I, too, worked in instrumentation, despite having no formal qualifications in that field:
- for several years, I maintained a registered calibration laboratory (car battery manufacturing).
- then later, I was in charge of all instrument maintenance (both fixed and portable) for a power supply company.
Additionally, I have worked extensively with all facets of protection relay testing, with no higher qualifications than a paper in Advanced Trade Studies.
However, there always comes a point where, without the benefit of higher qualifications, you strike the proverbial brick wall. For example, in relay testing, clients were always asking for advice on what settings should be applied to their relays. Without the mathematical skills and theoretical knowledge that is taught at either Diploma level or higher, though, you don't dare provide any such guidance (Such nasties as Earth Rise Potential, Pole Slip or Negative Sequence Currents - all of which, if you get it wrong, can either kill somebody or cause irreversible damage to plant).
In other words, the relay technician can sell the protection system to the client, install it, test it, commission it; do everything except calculate the setting levels to apply. Often, this came as something of a let down to the client - a case of "why did you not tell us this when you submitted your quote for the project?"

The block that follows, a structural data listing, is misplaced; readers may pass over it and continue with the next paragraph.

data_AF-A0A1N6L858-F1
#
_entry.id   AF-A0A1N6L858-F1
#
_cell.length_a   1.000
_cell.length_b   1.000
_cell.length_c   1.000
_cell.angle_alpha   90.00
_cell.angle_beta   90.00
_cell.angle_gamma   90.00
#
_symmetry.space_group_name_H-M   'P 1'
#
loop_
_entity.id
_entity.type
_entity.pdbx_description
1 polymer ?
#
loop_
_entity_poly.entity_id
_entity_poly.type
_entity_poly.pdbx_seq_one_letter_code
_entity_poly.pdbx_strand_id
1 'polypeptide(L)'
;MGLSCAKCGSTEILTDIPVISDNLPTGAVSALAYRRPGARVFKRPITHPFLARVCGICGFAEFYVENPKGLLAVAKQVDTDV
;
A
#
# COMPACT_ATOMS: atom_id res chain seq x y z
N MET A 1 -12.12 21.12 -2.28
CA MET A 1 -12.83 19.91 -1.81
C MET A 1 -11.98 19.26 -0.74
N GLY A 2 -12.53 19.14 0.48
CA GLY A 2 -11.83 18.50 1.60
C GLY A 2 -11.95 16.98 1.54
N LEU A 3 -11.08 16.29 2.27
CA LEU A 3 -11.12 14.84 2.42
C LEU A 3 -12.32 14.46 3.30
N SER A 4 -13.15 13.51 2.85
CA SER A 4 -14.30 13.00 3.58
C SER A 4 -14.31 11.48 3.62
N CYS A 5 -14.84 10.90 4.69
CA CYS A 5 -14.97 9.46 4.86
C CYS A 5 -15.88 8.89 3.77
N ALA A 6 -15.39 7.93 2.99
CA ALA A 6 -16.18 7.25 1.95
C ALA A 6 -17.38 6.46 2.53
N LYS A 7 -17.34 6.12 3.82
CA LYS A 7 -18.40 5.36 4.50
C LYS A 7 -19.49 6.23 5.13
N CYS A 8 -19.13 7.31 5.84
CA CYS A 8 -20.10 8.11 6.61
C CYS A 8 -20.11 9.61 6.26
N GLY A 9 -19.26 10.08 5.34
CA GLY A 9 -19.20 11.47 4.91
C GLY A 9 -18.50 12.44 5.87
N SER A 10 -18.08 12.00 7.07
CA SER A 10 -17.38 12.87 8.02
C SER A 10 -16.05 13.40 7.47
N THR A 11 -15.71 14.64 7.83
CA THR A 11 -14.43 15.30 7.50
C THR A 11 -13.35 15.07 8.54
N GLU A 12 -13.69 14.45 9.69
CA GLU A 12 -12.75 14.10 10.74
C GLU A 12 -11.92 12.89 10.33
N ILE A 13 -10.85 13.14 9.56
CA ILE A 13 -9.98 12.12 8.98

As a young JW, I heard every explanation as to why a College Education "was not necessary" - even to the point that, supposedly, "you can get paid more for unskilled work, than skilled work." It did not take me long to figure out that this was nonsense, of course! Where I currently work, a Graduate Engineer's income is roughly double that of a Licensed Electrician (and more than double that of a Mechanical Fitter). A tradesman could get the same remuneration as that by taking on remote site work (as I did for a number of years), but even on remote sites, a Graduate Engineer's rates are correspondingly higher again. During the recession of the early 1990s, in order to get any sort of a decent paying job at all, I had to take on remote site work (without Degree level qualifications, there was just nothing else available during those years).
Unfortunately, this did not just drive another nail into the coffin of our family life - it stitched into it an entire row of nails. (I could write a whole book about that, but not right now!)
So, yes, having learned what I know from the "University of Hard Knocks", I do take an exceedingly dim view on those who are down on Higher Education.
On a positive note, I class myself as lucky as having been able to get into a trade (I was 24 when I began the apprenticeship). One only has to look through the door into the Production Area at the plant where I work to see what the alternative would have been:
- working on the Production Line in a Meat Packing plant is a grim prospect, with an even grimmer future to it; within the next five to ten years, most of that work will be performed by robots.